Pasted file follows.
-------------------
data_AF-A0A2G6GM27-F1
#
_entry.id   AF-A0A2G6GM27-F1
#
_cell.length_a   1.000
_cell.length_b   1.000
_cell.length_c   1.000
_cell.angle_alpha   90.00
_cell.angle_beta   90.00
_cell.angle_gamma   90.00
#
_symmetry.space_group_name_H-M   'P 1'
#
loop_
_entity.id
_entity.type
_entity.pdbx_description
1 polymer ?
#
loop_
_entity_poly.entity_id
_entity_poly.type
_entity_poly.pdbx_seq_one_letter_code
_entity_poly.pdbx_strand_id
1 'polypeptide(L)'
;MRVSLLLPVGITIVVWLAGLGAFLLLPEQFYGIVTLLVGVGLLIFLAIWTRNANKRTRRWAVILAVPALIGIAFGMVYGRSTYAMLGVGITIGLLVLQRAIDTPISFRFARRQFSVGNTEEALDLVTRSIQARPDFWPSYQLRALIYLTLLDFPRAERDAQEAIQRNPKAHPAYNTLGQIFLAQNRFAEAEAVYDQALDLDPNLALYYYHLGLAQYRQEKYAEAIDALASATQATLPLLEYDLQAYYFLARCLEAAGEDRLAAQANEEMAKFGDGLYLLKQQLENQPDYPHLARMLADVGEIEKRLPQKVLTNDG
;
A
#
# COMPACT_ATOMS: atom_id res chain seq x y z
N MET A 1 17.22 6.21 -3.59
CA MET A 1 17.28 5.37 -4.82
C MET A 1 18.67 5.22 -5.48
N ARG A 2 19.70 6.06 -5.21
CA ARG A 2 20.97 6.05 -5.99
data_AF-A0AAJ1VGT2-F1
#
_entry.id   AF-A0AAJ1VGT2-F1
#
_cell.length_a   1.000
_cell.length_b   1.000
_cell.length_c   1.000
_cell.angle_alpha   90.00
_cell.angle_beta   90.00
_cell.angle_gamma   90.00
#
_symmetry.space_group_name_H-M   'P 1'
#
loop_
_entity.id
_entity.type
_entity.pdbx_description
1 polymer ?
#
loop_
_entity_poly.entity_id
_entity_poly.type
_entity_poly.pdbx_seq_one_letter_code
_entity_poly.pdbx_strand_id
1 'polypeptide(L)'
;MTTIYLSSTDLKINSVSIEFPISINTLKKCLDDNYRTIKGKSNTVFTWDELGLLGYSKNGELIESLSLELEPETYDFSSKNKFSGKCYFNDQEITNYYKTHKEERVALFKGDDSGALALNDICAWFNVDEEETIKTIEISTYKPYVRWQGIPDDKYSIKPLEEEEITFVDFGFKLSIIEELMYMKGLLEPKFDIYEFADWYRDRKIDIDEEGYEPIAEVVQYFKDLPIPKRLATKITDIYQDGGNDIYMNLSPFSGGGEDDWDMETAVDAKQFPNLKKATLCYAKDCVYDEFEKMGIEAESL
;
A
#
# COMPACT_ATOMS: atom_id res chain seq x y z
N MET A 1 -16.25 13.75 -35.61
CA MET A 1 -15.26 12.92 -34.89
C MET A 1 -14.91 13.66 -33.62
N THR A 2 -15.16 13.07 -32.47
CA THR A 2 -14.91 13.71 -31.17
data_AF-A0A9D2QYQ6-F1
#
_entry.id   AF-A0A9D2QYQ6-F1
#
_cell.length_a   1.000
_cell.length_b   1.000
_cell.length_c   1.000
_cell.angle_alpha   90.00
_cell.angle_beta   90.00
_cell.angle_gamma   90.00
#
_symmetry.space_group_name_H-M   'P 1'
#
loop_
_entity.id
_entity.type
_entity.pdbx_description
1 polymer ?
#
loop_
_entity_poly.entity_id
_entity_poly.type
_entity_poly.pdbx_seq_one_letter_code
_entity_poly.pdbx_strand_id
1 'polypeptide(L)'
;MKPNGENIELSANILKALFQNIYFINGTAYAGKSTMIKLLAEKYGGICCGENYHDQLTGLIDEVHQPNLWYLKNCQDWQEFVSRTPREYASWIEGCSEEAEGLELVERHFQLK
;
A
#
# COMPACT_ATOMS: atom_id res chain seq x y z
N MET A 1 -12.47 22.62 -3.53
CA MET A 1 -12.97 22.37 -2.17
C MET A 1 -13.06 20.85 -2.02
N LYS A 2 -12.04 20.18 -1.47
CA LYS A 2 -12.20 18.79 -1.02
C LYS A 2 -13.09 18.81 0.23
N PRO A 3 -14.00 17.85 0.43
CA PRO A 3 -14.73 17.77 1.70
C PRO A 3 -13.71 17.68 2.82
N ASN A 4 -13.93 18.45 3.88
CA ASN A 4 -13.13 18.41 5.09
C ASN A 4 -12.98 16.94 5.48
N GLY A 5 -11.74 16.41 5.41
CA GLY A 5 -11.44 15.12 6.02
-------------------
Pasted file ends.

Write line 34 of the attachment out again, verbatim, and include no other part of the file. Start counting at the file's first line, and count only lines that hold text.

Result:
N ARG A 2 19.70 6.06 -5.21